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I have a script which uses following code to connect to a server.

$sock = new IO::Socket::INET (
                                  PeerAddr => $server,
                                  PeerPort => $port,
                                  Proto => 'tcp',
                                );

However, I am behind a proxy server and can not use this script. To overcome this, I have to add proxy support. A suggestion on SO was to use UserAgent. Since I am a Perl illiterate, I am not sure how to replace this code with the one which uses UserAgent. I don't want to touch rest of the code. Can I redefine $sock using UserAgent so that script work file. The script I am talking about is available here

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Hey do you have any solution now? –  p.j Jul 19 at 13:37

2 Answers 2

I'm not sure what "UserAgent" module you're referring to. There isn't a module named that. There are lots of modules with UserAgent as part of the name, but I don't know of any that apply to your situation.

Anyway, I think you're looking for IO::Socket::Socks. I've never tried it myself, but you should be able to do:

use IO::Socket::Socks;

my $sock = IO::Socket::Socks->new(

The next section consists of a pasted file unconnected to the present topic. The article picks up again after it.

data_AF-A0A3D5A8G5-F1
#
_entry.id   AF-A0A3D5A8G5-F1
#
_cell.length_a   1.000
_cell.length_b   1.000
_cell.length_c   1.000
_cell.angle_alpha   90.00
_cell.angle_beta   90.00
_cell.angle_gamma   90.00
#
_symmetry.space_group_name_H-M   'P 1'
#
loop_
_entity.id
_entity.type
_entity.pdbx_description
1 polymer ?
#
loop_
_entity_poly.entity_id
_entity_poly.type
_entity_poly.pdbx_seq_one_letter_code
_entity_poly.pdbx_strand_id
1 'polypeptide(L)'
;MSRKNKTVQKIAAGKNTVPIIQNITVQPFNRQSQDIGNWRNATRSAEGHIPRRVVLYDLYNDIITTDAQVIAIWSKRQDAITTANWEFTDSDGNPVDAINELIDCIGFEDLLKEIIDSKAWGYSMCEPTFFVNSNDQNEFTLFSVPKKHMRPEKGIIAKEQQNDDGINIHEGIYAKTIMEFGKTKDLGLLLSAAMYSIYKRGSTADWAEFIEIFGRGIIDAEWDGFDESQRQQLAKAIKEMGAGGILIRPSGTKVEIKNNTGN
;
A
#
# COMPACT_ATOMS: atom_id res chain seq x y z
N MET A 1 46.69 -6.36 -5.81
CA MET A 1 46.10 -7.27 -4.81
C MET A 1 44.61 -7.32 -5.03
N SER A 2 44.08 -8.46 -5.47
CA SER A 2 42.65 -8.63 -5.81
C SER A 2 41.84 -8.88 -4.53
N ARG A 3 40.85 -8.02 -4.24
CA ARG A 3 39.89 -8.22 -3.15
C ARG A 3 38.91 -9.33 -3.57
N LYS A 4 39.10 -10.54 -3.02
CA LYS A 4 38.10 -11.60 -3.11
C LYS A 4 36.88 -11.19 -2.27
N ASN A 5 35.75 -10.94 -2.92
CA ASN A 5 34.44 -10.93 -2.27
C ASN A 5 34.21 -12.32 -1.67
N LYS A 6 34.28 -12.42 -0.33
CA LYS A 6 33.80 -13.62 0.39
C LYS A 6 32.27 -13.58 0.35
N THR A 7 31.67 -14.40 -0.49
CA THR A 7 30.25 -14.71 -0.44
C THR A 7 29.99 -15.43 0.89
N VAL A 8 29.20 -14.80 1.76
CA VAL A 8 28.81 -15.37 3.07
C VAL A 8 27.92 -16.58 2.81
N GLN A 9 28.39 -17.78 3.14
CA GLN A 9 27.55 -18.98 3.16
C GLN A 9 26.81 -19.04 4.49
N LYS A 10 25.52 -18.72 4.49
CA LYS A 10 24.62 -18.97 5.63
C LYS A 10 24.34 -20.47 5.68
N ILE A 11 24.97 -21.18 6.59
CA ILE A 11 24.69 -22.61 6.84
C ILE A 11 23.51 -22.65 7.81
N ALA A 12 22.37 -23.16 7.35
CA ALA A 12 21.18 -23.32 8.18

ProxyAddr   => $hostname_of_your_proxy,
  ProxyPort   => $port_number_your_proxy_listens_on,
  ConnectAddr => $server,
  ConnectPort => $port,
);

and leave the rest of the code as-is.

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Do I have to worry about username and password for proxy authentication? Also ping command does not get any response from moss.stanford.edu. When I run your solution, it says Could not connect to server moss.stanford.edu: Illegal seek –  Dilawar Mar 2 '12 at 6:42
    
If your proxy requires authentication, then yes, you'll need to supply the Username and Password attributes also (and maybe AuthType too, I'm not sure). –  cjm Mar 2 '12 at 6:44

I guess you were referring to this discussion? But there's a difference between getting some files from HTTP server remotely (for this LWP::UserAgent is more relevant indeed) and submitting files via IO::Socket(::INET), as in the script you've linked.

You may use the great solution cjm offered, or just use socat, like that:

socat TCP4-LISTEN:9999 TCP4:moss.stanford.edu:7690

...where 9999 refers to the local proxy port. The good: you won't have to change the moss' script; the bad: you'd have to install socat first.

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You're right; that's probably the discussion he was talking about. But LWP::UserAgent is useless for this purpose, because the script he's talking about uses a custom protocol, not HTTP or anything else LWP implements. –  cjm Feb 25 '12 at 10:53
    
Yes. This is the discussion I read. Should have mentioned it. Thanks for this. I'll try this at this weekend. –  Dilawar Feb 27 '12 at 6:16

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